Forbes; December 16, 2013
Thanks to a leak of classified documents by former NSA contractor Edward Snowden, we learned this summer that Verizon (and presumably other phone companies) were regularly handing over to the federal government metadata for all of their customers. Metadata being a fancy word for lists of all the phone calls made, which numbers were calling which numbers and how long those conversations lasted.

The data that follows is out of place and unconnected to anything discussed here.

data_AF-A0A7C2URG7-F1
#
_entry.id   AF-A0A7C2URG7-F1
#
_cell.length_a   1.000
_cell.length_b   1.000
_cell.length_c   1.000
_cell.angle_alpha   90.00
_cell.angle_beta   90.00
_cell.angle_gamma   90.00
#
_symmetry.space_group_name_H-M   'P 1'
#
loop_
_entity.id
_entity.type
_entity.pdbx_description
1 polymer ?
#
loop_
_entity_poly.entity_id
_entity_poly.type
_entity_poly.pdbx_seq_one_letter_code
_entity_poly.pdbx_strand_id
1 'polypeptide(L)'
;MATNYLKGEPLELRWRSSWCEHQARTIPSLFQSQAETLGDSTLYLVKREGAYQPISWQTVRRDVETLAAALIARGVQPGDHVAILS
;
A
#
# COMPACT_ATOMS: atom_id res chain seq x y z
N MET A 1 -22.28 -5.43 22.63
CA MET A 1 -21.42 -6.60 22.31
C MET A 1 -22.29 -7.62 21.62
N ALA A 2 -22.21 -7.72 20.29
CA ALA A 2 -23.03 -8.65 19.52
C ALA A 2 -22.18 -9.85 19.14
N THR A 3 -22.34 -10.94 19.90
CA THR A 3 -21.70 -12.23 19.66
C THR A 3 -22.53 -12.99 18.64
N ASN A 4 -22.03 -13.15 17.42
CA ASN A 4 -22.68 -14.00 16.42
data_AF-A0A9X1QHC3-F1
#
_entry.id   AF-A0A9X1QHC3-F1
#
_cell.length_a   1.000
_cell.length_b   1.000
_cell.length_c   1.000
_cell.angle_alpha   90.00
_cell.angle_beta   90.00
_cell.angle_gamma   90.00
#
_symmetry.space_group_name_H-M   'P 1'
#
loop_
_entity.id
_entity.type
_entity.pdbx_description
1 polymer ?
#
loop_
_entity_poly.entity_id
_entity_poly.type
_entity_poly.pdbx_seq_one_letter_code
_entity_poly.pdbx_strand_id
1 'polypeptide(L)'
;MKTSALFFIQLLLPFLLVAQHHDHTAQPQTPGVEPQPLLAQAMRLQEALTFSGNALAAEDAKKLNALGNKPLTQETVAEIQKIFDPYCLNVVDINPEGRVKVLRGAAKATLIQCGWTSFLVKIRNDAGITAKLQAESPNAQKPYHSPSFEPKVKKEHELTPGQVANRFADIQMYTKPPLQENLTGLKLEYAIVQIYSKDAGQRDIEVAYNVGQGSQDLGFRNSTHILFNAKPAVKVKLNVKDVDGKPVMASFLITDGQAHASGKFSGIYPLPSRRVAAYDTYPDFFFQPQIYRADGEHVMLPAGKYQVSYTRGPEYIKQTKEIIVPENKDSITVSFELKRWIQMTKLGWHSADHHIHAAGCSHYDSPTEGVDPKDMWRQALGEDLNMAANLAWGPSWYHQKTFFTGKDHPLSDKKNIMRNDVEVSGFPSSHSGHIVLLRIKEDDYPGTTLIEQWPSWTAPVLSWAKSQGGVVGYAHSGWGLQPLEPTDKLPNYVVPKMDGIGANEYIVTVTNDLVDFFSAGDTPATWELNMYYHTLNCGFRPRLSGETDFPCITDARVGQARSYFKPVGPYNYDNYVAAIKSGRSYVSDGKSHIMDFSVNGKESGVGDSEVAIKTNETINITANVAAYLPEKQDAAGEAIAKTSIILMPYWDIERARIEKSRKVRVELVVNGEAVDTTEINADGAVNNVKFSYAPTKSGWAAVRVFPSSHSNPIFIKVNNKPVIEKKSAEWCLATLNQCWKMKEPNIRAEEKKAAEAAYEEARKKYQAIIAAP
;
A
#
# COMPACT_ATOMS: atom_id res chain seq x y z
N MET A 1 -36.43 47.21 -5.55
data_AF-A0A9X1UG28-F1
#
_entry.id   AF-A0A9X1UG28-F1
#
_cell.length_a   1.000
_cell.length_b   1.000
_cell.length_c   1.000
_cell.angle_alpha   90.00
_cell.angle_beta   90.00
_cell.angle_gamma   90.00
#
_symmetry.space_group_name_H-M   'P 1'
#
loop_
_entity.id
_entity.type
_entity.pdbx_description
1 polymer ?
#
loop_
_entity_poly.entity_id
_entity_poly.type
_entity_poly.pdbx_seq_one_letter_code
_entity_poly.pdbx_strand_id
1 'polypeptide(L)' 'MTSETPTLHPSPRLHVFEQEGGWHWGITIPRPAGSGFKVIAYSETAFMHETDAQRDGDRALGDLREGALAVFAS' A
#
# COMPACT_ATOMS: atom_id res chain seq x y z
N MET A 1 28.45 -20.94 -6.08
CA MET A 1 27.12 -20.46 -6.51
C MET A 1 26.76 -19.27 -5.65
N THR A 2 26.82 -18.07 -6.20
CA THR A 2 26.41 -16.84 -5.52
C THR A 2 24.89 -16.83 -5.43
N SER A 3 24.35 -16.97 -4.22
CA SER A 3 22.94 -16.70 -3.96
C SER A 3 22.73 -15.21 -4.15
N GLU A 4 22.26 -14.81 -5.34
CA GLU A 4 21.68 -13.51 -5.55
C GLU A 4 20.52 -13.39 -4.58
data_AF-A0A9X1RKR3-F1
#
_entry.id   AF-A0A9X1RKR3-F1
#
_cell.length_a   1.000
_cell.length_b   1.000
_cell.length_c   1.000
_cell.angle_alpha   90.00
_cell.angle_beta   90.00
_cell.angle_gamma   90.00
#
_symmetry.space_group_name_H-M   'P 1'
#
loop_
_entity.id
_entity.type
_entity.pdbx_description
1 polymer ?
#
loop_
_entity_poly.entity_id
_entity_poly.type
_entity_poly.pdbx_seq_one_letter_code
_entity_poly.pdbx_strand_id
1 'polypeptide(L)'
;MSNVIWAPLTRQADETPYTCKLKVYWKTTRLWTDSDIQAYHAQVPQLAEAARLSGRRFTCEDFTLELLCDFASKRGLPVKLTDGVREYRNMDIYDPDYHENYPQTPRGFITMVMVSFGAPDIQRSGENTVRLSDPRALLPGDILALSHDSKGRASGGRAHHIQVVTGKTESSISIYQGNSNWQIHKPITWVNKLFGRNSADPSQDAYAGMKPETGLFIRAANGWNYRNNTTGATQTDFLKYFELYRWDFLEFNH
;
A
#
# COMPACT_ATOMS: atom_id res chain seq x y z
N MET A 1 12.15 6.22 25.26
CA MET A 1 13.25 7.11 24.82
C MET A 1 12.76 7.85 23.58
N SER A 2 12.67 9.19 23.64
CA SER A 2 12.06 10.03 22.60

While jaws were still on the floor regarding the scope of such collection, which would include hundreds of millions of people (including you, unless you don’t have a phone), two Verizon subscribers got to work drafting up a lawsuit. Larry Klayman, a conservative activist, and Charles Strange, father of a Navy SEAL who died in Afghanistan, sued the federal government as well as Verizon, saying that the phone company handing over their information to the feds was a violation of the U.S. Constitution and an “outrageous” breach of privacy. In a scathing opinion out of the D.C. Circuit Monday, federal judge Richard Leon agreed with them, saying the phone metadata collection program is “almost certainly” unconstitutional.
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